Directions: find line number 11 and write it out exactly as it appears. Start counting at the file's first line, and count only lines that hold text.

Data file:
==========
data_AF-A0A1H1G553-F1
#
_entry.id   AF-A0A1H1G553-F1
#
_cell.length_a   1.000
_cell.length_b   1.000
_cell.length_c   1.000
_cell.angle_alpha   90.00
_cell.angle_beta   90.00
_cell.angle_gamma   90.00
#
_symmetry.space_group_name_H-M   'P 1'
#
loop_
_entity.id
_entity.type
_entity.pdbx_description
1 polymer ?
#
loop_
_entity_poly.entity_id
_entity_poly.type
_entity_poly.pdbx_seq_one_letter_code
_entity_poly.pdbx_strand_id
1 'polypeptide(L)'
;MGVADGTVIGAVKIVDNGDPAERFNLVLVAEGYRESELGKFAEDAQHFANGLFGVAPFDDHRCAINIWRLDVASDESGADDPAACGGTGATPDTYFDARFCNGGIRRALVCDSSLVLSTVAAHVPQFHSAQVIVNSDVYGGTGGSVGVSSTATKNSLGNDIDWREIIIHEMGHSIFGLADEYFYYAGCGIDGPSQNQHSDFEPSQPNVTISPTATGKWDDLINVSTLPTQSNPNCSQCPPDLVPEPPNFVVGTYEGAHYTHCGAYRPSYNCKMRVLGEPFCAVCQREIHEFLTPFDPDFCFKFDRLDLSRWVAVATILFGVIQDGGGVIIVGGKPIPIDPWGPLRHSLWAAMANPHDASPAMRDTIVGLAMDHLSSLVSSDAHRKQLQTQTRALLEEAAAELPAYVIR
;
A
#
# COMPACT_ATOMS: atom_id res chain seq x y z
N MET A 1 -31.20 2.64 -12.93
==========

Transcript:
#